Meg O'Leary Archive
It’s not often that you see competing PR agencies come together in the same room, but now is the time…and there has never been a better reason.
On May 29, InkHouse will co-host a fundraiser event for the One Fund Boston at the Back Bay Social Club. You are all invited! Nineteen agencies from the area are joining forces to host the event – each pledging $750-$1,000. Cost of admission is just $20 – with 100 percent of the proceeds to the One Fund, so purchase your tickets before they sell out: www.eventbrite.com/event/6513749801#
It’s been a busy early 2013 at InkHouse. Last week, InkHouse was named a Pacesetter by the Boston Business Journal for the third year in a row, coming in as the 18th fastest growing private company in Massachusetts. More importantly, we were thrilled to see Boston Police Superintendent Paul Fitzgerald offer the opening remarks, which were concluded by a long and heartfelt standing ovation. We’re also proud that we were among the 500 audience members who helped raise more than $76,000 for One Fund Boston that morning. Thanks to the Boston Business Journal for making it possible!
Our growth continues with a strong roster of new clients that are poised to place big stamps on their industries. We are thrilled to welcome new clients:
It’s 2013, and you might be thinking about how you are (or should be) using the latest social channels to engage with audiences. I’ve had some clients ask me, “Isn’t blogging over? Shouldn’t we be concentrating on other channels like Google Hangouts, Pinterest, etc., etc., etc.”? Don’t misunderstand me — there are lots of channels worthy of your consideration, but those social networks should be considered spokes to your content hub, which takes its best form as a blog. Quite simply, people like reading blogs—in fact, 46 percent read blogs multiple times per day. And company websites that have blogs get 55 percent more traffic than those that don’t.
In a random act of Googling last night, I was searching on PR firms and I stumbled on a bunch of Quora and Google+ discussions where entrepreneurs were asking a simple question: how do I choose a PR firm? The answers to these questions were many, all with the same common theme largely from journalists — you can do PR yourself. Forget the agency. Just get to know the press you need and reach out yourself. This argument is not new to me or to the PR community. But we often just sit back and let journalists air their grievances with PR firms — after all, journalists are our clients too. It will come as no surprise that I am on the other side of this argument in most cases (although not always). But for good reasons.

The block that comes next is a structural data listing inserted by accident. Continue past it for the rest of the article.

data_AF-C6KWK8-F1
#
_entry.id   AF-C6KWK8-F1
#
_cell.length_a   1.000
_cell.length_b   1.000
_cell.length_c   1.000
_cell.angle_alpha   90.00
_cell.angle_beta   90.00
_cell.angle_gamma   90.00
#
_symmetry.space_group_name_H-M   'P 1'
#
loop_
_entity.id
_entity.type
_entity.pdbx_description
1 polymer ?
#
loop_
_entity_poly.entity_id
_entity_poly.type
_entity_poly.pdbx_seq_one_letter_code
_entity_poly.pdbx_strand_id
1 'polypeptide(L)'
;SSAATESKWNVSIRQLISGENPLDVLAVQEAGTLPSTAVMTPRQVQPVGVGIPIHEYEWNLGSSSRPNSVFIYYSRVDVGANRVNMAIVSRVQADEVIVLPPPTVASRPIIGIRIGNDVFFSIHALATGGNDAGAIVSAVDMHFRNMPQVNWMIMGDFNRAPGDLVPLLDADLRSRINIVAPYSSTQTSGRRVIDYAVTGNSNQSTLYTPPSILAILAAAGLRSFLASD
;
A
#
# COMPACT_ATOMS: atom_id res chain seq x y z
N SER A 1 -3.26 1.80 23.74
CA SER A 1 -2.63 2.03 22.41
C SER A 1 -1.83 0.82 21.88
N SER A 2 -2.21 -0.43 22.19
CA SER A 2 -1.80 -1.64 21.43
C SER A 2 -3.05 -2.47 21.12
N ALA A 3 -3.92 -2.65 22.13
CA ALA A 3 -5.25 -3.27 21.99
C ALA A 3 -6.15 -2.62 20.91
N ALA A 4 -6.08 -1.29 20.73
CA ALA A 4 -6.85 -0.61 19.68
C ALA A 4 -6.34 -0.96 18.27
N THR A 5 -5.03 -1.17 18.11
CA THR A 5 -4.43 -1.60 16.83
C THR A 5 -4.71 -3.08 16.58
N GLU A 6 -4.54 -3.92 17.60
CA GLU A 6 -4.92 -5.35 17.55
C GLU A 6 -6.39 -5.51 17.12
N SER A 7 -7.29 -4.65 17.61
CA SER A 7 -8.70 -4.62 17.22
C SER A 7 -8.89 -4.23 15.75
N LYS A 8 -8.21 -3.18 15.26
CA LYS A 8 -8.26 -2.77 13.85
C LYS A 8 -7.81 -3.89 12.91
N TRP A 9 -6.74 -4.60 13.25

Bulldog Reporter has announced its 2012 Stars of PR Award winners, and honored InkHouse with a small agency of the year award! We are especially proud of this award because campaigns were judged by a team of working journalists on the basis of the agency’s ability to achieve extraordinary visibility and influence opinion, as well as on industry leadership, creativity, command of media and technology and tenacity.
We’re thrilled with this award and are grateful to our clients—many of whom took a chance on a tiny firm a few years ago—whose unwavering confidence in our team has allowed us to grow and hit this mark. And, as always, we share this award with our talented and hardworking team.
Press releases have long been the tool of choice for PR professionals. Up until a few years ago, they were an absolute must. If you were going to “release” news to the press you needed a vehicle for doing it. You’d craft your release, put it on the newswire, and that release would appear in a feed that only members of the press could see.
Of course, that is no longer the case. Anyone interested in a company, product or topic can see a press release through any number of Web sites. And some companies are questioning if there is any value to a press release at all. Sometimes our clients question if it is progressive or “hip” to be doing a press release. They’ll ask, “Shouldn’t we just send an email to a few reporters or bloggers and talk them through our news?” Many reporters would say that approach is just fine. They don’t need the release to write the story.
Few communications professionals are really questioning if social media is here to stay. We can all debate how it may evolve, but its existence is no longer a question. Yet many—particularly in the B2B space—are not sure if social media needs to play a role in their PR program. I certainly understand the question. After all, even as someone who runs a PR and social content firm, I can’t justify a huge investment in social content for some clients whose target prospects just plain aren’t using channels like Twitter, Google+, etc. in a significant way. However, regardless of whether you need social media for yourself, your PR firm unequivocally should be using social media to do its job.
Content curation is the term du jour in social media circles these days. While different definitions are bandied about, we define it quite simply here as the monitoring of your Twitter account/ RSS feeds/Delicious bookmarks—or wherever and however you monitor the topics you care about—and then sharing that data through your own social media channels. Done right, content curation can help you serve as a valuable resource to your audiences and even make you look pretty smart on occasion. It also delivers potent SEO juice. But here’s the thing: content curation is NOT content creation. And most importantly, content curation alone is not a winning marketing strategy.